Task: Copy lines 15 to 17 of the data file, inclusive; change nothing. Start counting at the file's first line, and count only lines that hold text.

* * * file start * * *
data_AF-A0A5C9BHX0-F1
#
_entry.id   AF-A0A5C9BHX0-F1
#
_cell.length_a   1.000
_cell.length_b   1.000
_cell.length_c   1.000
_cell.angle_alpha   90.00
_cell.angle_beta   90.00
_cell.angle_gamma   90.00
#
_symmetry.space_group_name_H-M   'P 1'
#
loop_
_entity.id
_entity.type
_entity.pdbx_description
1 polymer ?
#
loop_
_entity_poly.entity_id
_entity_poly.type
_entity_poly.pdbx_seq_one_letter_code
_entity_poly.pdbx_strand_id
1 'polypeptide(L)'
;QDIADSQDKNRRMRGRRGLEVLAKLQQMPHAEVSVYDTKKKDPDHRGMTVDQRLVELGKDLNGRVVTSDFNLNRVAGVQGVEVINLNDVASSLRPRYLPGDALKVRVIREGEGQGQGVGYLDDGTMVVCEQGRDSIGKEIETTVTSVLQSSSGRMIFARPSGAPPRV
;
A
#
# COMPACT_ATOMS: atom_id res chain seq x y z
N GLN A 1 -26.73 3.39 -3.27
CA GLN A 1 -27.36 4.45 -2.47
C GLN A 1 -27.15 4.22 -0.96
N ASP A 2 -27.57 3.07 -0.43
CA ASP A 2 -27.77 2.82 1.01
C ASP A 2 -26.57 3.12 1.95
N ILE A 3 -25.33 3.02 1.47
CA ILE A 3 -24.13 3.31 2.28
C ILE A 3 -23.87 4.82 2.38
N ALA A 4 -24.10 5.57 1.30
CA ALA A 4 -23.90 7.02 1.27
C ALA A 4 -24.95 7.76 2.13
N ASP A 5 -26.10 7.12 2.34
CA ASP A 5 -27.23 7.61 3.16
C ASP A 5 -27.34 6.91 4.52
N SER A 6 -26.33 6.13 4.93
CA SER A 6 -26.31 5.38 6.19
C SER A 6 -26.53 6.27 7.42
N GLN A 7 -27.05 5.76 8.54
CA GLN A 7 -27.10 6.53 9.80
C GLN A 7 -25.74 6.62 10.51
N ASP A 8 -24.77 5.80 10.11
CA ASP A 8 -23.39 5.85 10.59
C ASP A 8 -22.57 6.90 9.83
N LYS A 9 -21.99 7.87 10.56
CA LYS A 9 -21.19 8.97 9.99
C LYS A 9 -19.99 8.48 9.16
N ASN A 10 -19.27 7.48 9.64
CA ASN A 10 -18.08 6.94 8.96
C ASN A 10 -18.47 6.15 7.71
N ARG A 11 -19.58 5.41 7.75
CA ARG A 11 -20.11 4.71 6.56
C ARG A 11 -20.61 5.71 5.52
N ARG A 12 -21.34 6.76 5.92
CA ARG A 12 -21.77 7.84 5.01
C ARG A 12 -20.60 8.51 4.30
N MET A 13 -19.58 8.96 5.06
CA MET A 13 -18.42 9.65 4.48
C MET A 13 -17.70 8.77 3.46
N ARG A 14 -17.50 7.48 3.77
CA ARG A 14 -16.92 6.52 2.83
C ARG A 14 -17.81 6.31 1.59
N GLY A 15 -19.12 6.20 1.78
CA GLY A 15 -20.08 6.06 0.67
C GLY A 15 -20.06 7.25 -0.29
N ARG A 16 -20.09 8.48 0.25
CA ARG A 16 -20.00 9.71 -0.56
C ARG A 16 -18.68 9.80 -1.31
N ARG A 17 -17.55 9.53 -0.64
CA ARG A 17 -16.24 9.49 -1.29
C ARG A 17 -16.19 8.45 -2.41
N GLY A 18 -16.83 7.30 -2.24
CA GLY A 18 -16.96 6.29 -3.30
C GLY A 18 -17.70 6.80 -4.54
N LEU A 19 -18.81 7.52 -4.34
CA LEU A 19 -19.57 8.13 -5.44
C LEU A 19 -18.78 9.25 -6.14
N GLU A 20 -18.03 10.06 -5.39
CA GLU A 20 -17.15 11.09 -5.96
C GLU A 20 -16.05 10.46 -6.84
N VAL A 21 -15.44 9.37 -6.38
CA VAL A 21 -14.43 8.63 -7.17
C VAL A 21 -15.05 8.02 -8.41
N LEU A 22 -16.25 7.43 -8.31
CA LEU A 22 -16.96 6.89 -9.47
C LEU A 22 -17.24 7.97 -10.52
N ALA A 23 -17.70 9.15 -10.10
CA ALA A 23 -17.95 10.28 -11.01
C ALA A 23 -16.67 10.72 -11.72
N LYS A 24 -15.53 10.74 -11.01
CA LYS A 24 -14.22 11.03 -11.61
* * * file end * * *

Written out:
_entity.id
_entity.type
_entity.pdbx_description